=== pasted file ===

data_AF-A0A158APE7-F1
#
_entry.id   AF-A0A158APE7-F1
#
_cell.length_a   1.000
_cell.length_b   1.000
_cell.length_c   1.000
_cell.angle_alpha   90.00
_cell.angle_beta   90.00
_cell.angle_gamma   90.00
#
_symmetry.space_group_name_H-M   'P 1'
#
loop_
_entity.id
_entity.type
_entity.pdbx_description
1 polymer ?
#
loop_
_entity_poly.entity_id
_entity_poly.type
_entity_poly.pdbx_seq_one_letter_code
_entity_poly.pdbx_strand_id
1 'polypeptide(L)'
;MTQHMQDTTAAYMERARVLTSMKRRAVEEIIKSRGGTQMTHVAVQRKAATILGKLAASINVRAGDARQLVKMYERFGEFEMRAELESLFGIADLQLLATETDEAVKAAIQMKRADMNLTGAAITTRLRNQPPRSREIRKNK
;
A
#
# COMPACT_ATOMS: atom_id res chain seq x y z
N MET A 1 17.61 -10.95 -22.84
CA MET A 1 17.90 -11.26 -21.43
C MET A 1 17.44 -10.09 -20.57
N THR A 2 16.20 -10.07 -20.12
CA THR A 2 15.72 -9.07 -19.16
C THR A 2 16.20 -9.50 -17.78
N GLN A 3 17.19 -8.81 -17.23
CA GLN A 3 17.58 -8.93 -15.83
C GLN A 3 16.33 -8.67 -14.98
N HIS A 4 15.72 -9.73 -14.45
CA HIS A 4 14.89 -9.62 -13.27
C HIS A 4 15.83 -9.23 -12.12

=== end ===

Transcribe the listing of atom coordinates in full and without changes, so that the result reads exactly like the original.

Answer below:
data_AF-A0A158APE7-F1
#
_entry.id   AF-A0A158APE7-F1
#
_cell.length_a   1.000
_cell.length_b   1.000
_cell.length_c   1.000
_cell.angle_alpha   90.00
_cell.angle_beta   90.00
_cell.angle_gamma   90.00
#
_symmetry.space_group_name_H-M   'P 1'
#
loop_
_entity.id
_entity.type
_entity.pdbx_description
1 polymer ?
#
loop_
_entity_poly.entity_id
_entity_poly.type
_entity_poly.pdbx_seq_one_letter_code
_entity_poly.pdbx_strand_id
1 'polypeptide(L)'
;MTQHMQDTTAAYMERARVLTSMKRRAVEEIIKSRGGTQMTHVAVQRKAATILGKLAASINVRAGDARQLVKMYERFGEFEMRAELESLFGIADLQLLATETDEAVKAAIQMKRADMNLTGAAITTRLRNQPPRSREIRKNK
;
A
#
# COMPACT_ATOMS: atom_id res chain seq x y z
N MET A 1 17.61 -10.95 -22.84
CA MET A 1 17.90 -11.26 -21.43
C MET A 1 17.44 -10.09 -20.57
N THR A 2 16.20 -10.07 -20.12
CA THR A 2 15.72 -9.07 -19.16
C THR A 2 16.20 -9.50 -17.78
N GLN A 3 17.19 -8.81 -17.23
CA GLN A 3 17.58 -8.93 -15.83
C GLN A 3 16.33 -8.67 -14.98
N HIS A 4 15.72 -9.73 -14.45
CA HIS A 4 14.89 -9.62 -13.27
C HIS A 4 15.83 -9.23 -12.12